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Title: QT Dispersion in HIV-Infected Patients Receiving Combined Antiretroviral Therapy
Authors: Wanwarang Wongcharoen
Somkhuan Suaklin
Nualnit Tantisirivit
Arintaya Phrommintikul
Nipon Chattipakorn
Keywords: Medicine
Issue Date: 1-Jan-2014
Abstract: © 2014 Wiley Periodicals, Inc. Background A higher prevalence of QT prolongation has been reported among human immunodeficiency virus (HIV)-infected patients. Previous studies have demonstrated that QT dispersion is a better predictor of serious ventricular tachyarrhythmia and cardiac mortality than corrected QT (QTc) interval. However, data of QT dispersion in HIV-infected patients receiving a combined antiretroviral therapy (cART) is limited. We sought to assess QTc interval and QT dispersion in HIV-infected patients receiving cART. The association between QT parameters and heart rate variability (HRV) was also examined. Methods Ninety-one HIV-infected patients receiving cART (male = 33, mean age = 44 ± 10 years) and 70 HIV-seronegative subjects (male = 25, mean age = 44 ± 8 years) were enrolled in the study. In a resting 12-lead electrocardiogram, QT interval was measured by the tangent method in all leads with well-defined T waves. The QT dispersion was defined as the difference between maximum and minimum QTc intervals in any of 12 leads. Results The baseline characteristics were not different between the two groups. We demonstrated the significantly longer mean QTc interval (420 ± 21 vs. 409 ± 21 ms, P < 0.001), and greater QT dispersion in HIV-infected group compared to the control group (85 ± 29 vs. 55 ± 23 ms, P < 0.001). Among the HIV-infected patients, those who had lower CD4 lymphocyte count (<350 cells/mm<sup>3</sup>) tended to have greater QT dispersion (92 ± 28 vs. 81 ± 29 ms, P = 0.098). There were no associations between QT parameters and either HRV or cART regimens. Conclusions HIV-infected patients receiving cART were associated with prolonged QTc interval and increased QT dispersion, independent of autonomic dysfunction and antiretroviral drugs, which may have led to the potentially higher risk of ventricular arrhythmia and cardiac mortality.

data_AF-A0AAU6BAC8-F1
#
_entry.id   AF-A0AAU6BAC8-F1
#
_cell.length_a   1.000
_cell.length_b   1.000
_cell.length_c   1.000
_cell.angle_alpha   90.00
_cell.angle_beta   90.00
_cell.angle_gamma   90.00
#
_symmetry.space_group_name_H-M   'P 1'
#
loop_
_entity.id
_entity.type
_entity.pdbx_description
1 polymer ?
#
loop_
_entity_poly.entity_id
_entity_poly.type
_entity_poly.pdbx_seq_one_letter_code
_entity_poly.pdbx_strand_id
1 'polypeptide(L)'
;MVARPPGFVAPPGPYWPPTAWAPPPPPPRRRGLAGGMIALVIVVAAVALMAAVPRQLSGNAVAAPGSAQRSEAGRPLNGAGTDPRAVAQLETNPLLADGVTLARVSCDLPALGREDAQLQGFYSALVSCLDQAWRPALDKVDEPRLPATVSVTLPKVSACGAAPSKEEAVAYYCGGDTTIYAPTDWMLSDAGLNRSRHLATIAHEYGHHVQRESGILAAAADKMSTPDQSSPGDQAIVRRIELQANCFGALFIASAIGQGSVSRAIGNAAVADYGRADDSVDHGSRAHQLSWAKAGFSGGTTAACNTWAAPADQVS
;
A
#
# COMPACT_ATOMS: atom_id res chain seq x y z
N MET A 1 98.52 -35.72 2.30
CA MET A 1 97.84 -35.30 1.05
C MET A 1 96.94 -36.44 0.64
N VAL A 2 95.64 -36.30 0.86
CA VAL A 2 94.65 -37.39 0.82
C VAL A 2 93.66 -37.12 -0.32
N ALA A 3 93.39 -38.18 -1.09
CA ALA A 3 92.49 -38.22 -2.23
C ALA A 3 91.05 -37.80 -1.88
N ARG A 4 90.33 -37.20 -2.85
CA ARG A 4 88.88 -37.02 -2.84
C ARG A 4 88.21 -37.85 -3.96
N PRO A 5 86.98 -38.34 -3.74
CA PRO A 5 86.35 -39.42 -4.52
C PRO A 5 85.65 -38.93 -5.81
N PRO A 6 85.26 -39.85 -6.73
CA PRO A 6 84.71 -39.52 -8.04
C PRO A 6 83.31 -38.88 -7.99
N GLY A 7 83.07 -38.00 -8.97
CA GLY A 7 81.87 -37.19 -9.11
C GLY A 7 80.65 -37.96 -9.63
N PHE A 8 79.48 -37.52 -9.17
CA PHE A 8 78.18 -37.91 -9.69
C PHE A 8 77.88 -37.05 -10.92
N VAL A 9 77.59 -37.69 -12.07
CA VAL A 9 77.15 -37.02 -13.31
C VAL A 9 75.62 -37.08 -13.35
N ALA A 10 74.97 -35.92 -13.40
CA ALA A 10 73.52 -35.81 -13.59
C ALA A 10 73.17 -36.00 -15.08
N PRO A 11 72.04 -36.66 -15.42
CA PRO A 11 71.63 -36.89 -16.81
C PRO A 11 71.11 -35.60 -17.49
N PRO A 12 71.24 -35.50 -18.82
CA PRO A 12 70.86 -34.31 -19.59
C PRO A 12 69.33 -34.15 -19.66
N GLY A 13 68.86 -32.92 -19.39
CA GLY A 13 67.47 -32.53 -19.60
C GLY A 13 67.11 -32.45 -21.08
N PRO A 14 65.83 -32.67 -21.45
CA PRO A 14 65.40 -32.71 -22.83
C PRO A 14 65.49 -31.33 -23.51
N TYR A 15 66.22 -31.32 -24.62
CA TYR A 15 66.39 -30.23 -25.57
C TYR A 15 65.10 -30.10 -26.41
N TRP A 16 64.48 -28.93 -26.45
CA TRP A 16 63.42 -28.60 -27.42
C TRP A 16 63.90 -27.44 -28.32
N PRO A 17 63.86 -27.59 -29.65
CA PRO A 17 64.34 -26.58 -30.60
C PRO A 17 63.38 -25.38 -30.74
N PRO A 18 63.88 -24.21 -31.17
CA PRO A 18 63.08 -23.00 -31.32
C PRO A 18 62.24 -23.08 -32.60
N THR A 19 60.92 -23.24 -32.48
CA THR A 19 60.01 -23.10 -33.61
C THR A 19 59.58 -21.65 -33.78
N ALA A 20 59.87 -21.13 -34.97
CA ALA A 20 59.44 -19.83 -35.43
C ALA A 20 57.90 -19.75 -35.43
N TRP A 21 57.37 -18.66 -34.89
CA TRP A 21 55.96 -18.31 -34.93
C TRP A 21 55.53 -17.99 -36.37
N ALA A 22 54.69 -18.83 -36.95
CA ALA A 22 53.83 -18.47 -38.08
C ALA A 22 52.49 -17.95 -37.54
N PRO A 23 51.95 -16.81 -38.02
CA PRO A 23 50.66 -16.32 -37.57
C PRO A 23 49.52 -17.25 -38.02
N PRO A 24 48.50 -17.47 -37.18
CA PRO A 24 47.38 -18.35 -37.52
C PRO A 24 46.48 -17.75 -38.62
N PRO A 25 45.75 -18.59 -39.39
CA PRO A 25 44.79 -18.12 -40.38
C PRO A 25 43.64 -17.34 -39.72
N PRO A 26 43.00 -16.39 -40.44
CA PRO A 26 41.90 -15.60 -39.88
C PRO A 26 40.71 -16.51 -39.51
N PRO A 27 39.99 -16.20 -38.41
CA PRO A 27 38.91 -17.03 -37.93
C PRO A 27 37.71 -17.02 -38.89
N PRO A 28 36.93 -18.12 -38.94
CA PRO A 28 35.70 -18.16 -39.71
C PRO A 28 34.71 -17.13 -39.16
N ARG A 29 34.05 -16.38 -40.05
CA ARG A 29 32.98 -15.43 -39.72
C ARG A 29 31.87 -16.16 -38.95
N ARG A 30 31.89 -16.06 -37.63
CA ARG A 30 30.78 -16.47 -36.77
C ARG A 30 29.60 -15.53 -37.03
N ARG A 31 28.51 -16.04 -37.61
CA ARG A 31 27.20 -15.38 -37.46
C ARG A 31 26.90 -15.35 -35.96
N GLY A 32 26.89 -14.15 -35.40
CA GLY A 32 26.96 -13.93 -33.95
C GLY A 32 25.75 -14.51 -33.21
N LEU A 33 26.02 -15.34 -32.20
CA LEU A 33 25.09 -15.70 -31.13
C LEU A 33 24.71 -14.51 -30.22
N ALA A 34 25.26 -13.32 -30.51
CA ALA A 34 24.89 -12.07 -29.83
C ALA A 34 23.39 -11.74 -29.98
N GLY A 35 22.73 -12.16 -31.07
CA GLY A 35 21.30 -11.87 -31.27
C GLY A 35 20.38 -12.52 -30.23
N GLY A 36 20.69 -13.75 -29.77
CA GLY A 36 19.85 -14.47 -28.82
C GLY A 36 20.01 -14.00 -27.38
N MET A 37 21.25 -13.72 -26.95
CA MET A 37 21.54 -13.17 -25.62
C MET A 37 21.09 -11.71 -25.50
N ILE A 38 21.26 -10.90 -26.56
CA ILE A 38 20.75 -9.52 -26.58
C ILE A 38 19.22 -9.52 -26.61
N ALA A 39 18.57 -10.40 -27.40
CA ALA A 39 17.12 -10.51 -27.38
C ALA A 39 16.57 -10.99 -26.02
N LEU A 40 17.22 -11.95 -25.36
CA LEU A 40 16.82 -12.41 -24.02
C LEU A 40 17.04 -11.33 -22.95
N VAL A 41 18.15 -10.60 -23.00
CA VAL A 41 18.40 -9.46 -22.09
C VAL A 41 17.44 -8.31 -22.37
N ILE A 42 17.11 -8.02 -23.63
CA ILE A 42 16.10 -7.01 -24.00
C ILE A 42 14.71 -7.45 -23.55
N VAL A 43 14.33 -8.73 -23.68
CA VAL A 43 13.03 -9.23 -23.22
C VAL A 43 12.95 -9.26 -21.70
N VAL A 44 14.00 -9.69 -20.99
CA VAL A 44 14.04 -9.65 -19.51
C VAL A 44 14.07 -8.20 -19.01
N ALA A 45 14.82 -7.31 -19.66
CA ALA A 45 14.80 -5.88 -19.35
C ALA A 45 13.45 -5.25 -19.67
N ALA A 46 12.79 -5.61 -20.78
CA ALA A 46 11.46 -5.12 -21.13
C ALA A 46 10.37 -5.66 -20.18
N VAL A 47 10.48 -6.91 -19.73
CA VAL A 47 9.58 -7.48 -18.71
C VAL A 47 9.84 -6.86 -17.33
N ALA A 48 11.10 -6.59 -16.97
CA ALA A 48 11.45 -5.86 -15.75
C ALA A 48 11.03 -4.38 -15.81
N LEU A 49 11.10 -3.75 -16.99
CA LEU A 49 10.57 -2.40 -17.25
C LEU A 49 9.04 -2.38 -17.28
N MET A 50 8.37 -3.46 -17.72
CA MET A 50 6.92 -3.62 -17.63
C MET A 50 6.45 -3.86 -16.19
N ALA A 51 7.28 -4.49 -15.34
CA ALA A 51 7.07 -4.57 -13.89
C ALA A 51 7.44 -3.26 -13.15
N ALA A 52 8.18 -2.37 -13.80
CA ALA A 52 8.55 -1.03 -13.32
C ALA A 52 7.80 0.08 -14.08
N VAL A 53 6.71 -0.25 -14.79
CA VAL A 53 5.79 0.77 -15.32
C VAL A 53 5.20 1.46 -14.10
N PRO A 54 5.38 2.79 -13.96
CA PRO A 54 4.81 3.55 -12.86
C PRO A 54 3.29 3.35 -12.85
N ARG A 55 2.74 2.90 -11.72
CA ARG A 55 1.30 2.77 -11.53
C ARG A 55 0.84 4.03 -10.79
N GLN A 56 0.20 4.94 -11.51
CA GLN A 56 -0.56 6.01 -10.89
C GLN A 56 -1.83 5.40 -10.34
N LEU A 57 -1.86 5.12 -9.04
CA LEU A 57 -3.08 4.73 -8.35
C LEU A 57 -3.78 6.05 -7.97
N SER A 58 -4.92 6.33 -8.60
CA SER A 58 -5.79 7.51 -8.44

ISSN: 1542474X
Appears in Collections:CMUL: Journal Articles

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